Another essay with an organization of thoughts regarding a commonly misunderstood economic phenomenon regarding the trade deficit and $ hegemony, please criticize at will!:
Smothered by all of the hysteria over spending and government debt, we almost never hear an honest discussion about the driver of economic imbalances in the United States: the trade deficit.
The deep trade deficit fueled by a nearly-unspoken policy of providing the world with a reserve currency, perpetuates imbalances in the public and private sector that are largely misunderstood. Consequentially, this nagging perpetual current account imbalance has been central to the perceived problems regarding the “national debt” and private deleveraging.
History of the Trade Deficit
Figure 1: Current Account Balance
However, after Richard Nixon removed the US economy from the gold standard, the dynamics of how policymakers believed the future of the economy would be composed shifted drastically. The new system driven by fiat currency mechanics and globalization policies focusing on “free trade agreements” with developing economies led to opportunities where the US could import cheap goods and finance it with outflows of dollars, By the 1980's under Ronald Reagan, the realization of this phenomenon led the trade deficit to explode as the United States poisitioned itself as the dominant world economic super power and demand for the dollar as a world reserve currency surged.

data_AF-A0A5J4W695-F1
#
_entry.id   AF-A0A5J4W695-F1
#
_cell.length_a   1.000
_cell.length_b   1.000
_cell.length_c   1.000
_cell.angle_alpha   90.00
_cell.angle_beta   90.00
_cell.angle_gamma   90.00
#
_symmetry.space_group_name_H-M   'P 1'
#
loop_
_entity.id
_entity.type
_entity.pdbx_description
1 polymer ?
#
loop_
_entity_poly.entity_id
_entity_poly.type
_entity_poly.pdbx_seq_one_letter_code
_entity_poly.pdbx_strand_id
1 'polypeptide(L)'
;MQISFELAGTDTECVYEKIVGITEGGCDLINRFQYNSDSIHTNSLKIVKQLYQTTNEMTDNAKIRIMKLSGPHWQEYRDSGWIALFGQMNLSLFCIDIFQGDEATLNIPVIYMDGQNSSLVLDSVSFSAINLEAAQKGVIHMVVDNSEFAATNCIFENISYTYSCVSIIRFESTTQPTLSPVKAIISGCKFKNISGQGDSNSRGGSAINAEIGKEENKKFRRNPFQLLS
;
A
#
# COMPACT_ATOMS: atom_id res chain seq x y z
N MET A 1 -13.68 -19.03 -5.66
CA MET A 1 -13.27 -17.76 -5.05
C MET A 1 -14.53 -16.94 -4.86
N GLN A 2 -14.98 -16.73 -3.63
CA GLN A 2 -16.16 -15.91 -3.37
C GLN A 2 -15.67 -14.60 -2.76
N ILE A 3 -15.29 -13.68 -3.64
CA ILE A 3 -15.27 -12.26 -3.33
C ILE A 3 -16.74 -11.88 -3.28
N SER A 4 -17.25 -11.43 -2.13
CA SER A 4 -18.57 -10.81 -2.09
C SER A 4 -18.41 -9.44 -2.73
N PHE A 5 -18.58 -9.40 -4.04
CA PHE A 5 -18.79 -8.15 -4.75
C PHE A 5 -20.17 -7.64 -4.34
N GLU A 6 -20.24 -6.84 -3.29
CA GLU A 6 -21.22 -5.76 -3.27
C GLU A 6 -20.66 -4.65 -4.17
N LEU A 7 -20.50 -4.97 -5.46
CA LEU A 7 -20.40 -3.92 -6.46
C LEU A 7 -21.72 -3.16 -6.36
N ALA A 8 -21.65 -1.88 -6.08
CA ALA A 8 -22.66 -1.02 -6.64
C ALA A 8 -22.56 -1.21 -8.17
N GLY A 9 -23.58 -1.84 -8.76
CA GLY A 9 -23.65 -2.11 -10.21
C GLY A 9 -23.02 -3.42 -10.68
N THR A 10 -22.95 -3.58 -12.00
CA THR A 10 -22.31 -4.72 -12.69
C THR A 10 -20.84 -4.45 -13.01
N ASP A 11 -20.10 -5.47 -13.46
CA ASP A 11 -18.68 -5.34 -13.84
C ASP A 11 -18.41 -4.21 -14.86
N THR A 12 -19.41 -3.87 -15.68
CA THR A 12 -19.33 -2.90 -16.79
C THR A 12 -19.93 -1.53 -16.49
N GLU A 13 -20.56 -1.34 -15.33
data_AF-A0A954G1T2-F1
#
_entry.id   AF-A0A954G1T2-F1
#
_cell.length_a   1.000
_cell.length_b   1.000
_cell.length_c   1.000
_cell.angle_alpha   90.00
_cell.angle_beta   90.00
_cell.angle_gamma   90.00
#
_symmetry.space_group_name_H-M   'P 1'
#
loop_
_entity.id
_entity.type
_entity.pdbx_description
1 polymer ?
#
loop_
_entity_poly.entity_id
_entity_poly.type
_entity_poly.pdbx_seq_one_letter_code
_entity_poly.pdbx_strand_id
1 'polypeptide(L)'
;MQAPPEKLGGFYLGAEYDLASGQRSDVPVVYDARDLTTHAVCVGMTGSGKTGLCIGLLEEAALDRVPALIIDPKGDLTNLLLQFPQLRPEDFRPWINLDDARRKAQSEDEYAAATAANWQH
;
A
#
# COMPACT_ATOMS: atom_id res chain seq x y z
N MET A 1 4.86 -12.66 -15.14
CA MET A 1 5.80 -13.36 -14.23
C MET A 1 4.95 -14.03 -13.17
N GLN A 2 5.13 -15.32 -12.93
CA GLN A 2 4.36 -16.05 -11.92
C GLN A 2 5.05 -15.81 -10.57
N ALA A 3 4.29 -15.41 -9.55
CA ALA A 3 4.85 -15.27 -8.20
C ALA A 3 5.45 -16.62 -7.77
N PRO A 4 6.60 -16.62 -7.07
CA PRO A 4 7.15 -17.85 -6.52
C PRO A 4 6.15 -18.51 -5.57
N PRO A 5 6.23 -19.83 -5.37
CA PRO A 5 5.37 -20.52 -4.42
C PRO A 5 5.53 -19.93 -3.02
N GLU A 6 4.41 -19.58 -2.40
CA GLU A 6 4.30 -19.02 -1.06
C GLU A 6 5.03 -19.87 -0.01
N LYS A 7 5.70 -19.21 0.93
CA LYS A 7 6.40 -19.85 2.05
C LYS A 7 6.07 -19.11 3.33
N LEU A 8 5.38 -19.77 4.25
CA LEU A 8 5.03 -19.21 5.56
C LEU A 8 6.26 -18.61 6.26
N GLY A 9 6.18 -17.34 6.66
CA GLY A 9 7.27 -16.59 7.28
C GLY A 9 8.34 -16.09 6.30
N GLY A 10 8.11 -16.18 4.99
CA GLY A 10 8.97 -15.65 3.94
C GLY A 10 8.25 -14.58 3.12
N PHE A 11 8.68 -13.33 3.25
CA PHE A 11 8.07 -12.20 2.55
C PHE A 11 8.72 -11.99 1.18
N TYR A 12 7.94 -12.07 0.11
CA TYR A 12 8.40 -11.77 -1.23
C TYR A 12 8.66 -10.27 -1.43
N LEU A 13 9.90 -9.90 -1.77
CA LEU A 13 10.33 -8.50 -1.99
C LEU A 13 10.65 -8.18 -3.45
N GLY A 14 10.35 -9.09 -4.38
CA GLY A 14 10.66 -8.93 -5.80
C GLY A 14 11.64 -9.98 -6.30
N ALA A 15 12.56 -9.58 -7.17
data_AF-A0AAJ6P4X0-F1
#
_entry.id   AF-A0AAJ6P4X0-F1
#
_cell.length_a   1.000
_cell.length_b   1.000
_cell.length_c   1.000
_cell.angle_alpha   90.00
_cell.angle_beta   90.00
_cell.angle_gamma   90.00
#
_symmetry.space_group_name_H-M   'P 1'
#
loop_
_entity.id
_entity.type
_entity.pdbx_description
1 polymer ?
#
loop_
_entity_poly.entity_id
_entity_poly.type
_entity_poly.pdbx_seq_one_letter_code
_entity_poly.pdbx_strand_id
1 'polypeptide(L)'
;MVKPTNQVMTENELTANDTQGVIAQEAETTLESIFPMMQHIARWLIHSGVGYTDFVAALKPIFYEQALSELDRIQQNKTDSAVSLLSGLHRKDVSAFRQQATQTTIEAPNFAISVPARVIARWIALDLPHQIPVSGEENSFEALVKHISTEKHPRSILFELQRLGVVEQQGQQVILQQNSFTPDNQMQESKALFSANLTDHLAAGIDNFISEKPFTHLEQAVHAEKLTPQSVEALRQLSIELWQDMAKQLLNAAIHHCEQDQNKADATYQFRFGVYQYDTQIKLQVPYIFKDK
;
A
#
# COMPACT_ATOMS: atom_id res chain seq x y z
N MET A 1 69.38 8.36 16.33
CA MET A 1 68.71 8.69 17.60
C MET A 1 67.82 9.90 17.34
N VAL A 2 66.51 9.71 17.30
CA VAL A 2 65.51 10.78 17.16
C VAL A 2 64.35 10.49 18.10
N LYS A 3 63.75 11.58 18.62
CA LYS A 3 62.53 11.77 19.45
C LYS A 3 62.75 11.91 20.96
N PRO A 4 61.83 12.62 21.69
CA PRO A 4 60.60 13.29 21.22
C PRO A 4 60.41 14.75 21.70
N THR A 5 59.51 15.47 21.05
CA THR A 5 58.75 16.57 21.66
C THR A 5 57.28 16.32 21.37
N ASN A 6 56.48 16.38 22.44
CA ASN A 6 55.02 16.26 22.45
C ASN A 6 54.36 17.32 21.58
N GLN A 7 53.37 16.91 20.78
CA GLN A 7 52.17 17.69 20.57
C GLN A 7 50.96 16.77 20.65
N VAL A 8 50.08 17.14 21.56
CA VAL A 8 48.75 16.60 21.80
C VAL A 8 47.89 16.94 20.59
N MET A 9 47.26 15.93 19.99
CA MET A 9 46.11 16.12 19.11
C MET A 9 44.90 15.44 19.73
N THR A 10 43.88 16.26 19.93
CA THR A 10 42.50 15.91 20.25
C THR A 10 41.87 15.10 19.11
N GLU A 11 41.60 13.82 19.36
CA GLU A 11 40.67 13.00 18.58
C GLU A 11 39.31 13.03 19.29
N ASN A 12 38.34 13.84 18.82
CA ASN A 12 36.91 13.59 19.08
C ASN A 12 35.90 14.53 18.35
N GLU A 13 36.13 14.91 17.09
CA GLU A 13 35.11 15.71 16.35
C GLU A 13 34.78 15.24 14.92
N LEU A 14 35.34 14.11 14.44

The trend continued after a brief trade balance was reached under George HW Bush, and reached critical levels under George W. Bush. The dollar has now become the standard currency of trade and investment in demand all around the world, with foreign entities transacting using dollar-denominated assets, meaning the American economy has needed to run a current account deficit to fuel this ever-growing demand.
But what are the effects of such a deep deficit?
Macroeconomic Flow Accounting Identities
The trade deficit has consequences on private and government finance that are unappreciated and often times completely ignored by the media.
To understand the mechanics behind this, it's important to note one rock-solid accounting identity in macroeconomics, that is:
Private Sector Balance (Income-Spending) = Trade Balance (Exports-Imports) - Fiscal Balance (Taxes-GovSpending)
Let's rearrange this for illustrative purposes relative to the Trade Balance:
Trade Balance (Exports-Impports) = Private Sector Balance (Income-Spending) + Fiscal Balance (Taxes-GovSpending)